Wednesday 8 July 2020

Slowing of the Economy of India Since last 5 years

Reasons for the Slowing of the Economy of India Since last 5 years 
 UnEducated PM
Today, there is only one root cause for the economic crisis we are facing: the poor leadership of PM Narendra Modi. Here are some of Modi’s acts of omission and commission directly responsible for bringing the Indian economy to a point of crisis.

1. Letting banking crisis fester
It was only in late 2015, with then RBI governor Raghuram Rajan’s push that the banks started cleaning up their balance sheets, ridden by hidden non-performing assets. The Modi government should have seen this risk, to begin with, and addressed the problem first thing. The bank recapitalisation that began later should have begun much earlier too. Rajan had also sent the PMO a list of top defaulters, but no action was taken. Stressed with NPAs, banks reduced giving out credit to industry, contributing to a liquidity crunch.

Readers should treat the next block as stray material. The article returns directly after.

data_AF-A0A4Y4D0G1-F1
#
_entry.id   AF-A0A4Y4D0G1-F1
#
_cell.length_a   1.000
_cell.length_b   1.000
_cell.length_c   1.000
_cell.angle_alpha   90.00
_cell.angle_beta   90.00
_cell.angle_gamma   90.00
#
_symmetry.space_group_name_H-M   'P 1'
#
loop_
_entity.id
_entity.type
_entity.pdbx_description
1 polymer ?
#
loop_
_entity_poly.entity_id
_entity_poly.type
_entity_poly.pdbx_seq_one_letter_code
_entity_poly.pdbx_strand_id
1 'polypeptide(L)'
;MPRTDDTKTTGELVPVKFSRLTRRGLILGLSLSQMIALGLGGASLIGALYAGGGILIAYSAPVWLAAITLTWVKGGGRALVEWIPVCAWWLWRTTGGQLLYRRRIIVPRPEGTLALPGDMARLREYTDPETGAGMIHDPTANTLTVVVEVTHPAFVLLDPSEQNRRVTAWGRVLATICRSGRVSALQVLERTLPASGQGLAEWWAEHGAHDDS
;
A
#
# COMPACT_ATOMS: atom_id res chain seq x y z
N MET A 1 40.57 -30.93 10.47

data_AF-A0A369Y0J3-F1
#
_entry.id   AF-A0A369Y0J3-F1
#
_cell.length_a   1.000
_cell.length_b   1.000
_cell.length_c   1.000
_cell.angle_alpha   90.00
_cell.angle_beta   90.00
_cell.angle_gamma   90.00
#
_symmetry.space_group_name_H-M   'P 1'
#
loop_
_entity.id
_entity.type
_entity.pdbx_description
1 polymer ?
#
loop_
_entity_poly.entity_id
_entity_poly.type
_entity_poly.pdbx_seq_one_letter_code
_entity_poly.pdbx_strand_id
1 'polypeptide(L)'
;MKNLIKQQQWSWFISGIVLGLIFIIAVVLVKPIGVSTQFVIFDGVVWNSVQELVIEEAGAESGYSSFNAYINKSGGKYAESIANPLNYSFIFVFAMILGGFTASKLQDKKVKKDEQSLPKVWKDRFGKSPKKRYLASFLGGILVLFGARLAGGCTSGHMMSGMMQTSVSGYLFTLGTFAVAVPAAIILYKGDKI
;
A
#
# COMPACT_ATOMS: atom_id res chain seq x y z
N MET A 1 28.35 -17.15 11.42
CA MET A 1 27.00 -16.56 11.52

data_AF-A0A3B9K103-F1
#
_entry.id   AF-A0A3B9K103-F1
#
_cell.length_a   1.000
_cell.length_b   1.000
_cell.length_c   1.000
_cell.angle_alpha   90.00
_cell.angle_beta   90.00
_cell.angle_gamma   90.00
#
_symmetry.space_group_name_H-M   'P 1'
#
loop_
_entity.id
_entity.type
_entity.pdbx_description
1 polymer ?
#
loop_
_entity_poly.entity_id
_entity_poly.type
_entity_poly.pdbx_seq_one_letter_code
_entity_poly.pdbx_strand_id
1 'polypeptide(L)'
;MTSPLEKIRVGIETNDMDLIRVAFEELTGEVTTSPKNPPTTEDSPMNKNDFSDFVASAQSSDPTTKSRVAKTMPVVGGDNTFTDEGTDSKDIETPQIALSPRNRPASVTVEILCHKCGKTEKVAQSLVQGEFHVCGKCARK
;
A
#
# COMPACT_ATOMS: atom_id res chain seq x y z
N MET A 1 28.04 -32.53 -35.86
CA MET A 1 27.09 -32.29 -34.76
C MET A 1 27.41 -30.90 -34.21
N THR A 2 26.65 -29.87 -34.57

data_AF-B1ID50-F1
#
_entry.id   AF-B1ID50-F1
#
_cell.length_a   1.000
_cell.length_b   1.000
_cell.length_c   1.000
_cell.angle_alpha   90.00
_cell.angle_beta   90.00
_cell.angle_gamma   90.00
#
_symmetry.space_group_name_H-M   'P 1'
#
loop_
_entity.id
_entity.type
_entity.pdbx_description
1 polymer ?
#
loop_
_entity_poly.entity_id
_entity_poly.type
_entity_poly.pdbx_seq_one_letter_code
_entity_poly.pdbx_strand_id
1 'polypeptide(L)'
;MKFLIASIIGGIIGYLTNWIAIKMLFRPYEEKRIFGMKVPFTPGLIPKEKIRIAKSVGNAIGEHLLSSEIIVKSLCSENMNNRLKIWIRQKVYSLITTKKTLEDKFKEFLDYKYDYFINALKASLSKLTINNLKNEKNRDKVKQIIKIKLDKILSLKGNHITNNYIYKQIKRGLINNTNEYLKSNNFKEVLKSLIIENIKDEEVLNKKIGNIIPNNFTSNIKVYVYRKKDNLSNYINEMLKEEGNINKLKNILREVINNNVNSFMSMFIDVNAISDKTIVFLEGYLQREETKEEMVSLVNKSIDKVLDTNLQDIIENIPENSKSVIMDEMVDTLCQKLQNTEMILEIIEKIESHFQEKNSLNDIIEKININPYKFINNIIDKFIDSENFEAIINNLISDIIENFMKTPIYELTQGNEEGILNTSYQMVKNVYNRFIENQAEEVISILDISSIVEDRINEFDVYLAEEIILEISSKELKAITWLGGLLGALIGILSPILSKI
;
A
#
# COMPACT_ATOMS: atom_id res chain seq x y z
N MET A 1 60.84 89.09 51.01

2. Not moving projects
Thanks to the ‘policy paralysis’ of the UPA-2 years, a number of infrastructure and industry projects were stalled. Land acquisition and environmental clearances were a major hurdle. Like a statesman, Modi needed to get his hands dirty to clean up the mess, get the projects going. Instead, he made it clear his priority was politics over India’s progress when he went back on amending the land acquisition law. Perhaps just because Rahul Gandhi called him “suit-boot ki sarkar”. The stalling of projects was a big reason why loans went bad, particularly in the case of the infrastructure-lending IL&FS.